Page last updated at 14:56 GMT, Saturday, 15 November 2008

Ovary transplant baby 'a miracle'

Pregnant woman
The child was conceived naturally after the world's first whole ovary transplant

The first woman in the world to have a whole ovary transplant has spoken of her delight at giving birth to a healthy baby girl.

Susanne Butscher was given the ovary by her twin sister Dorothee a year ago, after developing an early menopause.

She gave birth to Maja, named after the Roman goddess of fertility, at the Portland Hospital in London on Tuesday.

The 39-year-old told the Daily Telegraph the newborn child was a "little miracle".

"Being the first woman in the world to give birth after a whole ovary transplant hasn't sunk in yet, but I'm just so grateful to the doctors who enabled this to happen, and to my sister, of course," she said.


Mrs Butcher, who is German, gave birth by elective Caesarean at the private hospital after she reached full term but without experiencing any labour pains.

She told the newspaper she hoped her story would offer hope to other women in the same position.

When I saw her for the first time I just cried. She really is a little miracle
Susanne Butscher

She said: "I'm so lucky to have had this wonderful opportunity, which has given me a sense of completeness I would never have had otherwise."

Her daughter Maja weighed 7lb 15oz (3.6kg) when she was born.

Mrs Butscher said: "When I saw her for the first time I just cried. She really is a little miracle."

The acupuncturist and complementary therapist said she had first found out she was infertile 12 years ago.

But she, and her husband Stephan, 40, conceived naturally after her twin, who has two children herself, donated the ovary.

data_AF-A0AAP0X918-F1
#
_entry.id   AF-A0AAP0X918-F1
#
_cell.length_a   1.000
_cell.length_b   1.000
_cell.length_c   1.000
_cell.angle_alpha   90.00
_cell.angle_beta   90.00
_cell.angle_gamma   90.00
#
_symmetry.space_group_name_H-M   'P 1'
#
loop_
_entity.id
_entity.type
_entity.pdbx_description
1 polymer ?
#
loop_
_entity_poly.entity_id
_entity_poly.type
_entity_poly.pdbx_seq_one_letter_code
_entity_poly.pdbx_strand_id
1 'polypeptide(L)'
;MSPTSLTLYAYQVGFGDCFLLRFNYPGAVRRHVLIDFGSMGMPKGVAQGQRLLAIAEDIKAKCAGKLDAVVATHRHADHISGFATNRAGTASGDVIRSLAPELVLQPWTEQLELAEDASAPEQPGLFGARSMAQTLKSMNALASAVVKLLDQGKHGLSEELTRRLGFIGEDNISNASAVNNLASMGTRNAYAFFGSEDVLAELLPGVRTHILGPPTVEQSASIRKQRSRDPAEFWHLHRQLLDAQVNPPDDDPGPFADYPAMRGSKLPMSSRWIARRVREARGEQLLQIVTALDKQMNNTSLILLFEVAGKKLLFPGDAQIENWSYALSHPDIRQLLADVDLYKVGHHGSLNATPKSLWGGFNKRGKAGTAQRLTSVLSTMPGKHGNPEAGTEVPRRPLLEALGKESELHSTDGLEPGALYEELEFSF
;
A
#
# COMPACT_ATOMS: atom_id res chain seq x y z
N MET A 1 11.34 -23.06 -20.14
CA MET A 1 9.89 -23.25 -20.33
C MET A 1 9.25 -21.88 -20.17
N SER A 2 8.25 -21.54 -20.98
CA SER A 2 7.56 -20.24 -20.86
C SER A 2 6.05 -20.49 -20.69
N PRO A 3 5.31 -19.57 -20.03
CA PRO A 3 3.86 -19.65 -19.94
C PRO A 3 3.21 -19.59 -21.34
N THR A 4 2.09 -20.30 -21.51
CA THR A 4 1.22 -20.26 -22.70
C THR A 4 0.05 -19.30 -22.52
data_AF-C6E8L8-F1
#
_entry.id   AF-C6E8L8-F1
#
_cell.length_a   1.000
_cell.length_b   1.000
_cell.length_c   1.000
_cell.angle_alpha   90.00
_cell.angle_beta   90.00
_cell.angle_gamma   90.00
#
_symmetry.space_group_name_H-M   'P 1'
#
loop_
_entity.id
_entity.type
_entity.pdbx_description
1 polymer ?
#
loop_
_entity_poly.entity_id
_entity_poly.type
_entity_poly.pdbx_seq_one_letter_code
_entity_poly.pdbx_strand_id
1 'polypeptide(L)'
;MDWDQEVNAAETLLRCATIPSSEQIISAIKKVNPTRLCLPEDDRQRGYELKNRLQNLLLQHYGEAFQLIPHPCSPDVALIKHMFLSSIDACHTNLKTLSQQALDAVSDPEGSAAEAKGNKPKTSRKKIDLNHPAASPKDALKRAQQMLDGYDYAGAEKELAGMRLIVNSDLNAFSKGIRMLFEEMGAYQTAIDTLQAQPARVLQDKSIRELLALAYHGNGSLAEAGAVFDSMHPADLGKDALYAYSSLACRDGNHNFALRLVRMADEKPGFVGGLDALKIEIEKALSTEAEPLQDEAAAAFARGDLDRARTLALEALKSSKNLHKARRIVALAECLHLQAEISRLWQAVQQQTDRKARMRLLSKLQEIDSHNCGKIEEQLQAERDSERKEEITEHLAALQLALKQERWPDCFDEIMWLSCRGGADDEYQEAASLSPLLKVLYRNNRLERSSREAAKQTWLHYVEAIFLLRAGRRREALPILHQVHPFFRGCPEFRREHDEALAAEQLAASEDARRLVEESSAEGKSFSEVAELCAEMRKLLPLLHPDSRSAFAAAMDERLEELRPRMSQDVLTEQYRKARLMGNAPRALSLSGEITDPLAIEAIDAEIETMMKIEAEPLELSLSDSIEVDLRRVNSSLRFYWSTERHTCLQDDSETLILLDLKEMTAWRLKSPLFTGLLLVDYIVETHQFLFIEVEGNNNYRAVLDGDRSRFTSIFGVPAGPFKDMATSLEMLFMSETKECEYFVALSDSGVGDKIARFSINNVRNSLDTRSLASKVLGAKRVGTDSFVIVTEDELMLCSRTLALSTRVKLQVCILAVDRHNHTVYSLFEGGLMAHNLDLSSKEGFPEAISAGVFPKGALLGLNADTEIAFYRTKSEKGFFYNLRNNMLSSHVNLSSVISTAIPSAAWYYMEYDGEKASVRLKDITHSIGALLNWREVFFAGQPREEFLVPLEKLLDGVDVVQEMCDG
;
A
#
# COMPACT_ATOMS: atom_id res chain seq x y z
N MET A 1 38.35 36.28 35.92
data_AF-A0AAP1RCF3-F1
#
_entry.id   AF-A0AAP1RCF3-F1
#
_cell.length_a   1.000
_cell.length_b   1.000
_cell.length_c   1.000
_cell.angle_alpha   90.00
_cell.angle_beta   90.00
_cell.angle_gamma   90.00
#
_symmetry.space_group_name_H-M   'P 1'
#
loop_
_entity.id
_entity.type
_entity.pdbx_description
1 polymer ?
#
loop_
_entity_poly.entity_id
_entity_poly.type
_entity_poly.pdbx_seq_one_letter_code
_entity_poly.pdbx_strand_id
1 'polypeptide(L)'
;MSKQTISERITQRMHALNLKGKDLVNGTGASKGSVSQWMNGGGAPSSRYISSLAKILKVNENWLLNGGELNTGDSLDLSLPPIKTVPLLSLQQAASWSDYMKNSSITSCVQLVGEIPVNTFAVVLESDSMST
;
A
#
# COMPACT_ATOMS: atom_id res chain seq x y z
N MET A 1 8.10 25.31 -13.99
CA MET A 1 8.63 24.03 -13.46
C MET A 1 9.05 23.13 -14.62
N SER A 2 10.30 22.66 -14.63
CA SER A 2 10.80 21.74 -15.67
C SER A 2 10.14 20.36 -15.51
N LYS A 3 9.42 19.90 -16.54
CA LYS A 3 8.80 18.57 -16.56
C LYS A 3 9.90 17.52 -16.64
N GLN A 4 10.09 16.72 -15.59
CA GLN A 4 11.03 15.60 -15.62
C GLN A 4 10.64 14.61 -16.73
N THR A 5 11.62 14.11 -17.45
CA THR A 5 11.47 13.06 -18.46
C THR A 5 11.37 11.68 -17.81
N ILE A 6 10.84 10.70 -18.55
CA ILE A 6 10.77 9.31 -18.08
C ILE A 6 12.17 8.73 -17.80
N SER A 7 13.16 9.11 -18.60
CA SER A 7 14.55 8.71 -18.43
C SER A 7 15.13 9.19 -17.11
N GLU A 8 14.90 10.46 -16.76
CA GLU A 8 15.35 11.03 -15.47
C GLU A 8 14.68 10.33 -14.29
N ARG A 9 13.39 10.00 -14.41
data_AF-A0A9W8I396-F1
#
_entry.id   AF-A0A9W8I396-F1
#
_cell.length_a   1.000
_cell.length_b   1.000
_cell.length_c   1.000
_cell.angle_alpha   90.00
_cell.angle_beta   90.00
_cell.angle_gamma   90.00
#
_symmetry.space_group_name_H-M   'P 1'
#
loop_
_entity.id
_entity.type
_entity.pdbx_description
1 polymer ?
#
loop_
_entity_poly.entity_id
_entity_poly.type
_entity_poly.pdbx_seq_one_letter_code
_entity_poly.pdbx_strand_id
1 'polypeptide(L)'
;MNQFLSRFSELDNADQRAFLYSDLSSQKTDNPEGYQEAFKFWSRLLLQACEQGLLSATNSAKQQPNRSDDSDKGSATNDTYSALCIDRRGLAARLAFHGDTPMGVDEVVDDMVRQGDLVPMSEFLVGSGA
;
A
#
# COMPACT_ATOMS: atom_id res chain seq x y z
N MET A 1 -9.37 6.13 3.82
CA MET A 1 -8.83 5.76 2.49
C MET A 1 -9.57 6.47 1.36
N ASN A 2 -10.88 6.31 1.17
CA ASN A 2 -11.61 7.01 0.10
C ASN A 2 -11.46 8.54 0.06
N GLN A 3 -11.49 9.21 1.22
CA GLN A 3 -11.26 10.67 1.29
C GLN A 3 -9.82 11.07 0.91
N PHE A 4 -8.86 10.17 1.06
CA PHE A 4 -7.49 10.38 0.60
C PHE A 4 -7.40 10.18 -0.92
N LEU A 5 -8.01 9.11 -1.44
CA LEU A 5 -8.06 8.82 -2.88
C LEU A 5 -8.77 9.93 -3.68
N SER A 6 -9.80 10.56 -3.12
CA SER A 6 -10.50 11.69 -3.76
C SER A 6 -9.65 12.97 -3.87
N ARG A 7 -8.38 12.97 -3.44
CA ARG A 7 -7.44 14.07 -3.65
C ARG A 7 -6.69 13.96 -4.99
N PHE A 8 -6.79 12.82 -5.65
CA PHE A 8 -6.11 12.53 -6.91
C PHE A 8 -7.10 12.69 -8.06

The transplant operation was carried out by Dr Sherman Silber, who is based at the Infertility Centre of St Louis, in Missouri in the US.

The Portland Hospital
The birth took place at the Portland Hospital in London on Tuesday

He has given ovarian tissue transplants to nine twins previously, but Mrs Butscher's case was the first successful whole ovary transplant.

The ovary was implanted using microsurgical techniques to reattach it to its blood supply and hold it in place alongside the fallopian tube, so that eggs could be expelled and travel down the tube towards the womb in the normal way.

Dr Silber announced the birth at the American Society of Reproductive Medicine Conference in San Francisco earlier this week.

He told the conference that the full ovary transplant was likely to last longer than strips of ovarian tissue, and might allow a woman's ovary to be removed and put back after extended storage.

This, he said, could allow women who are delaying motherhood for career or other reasons to improve their chances of having a baby later in life.

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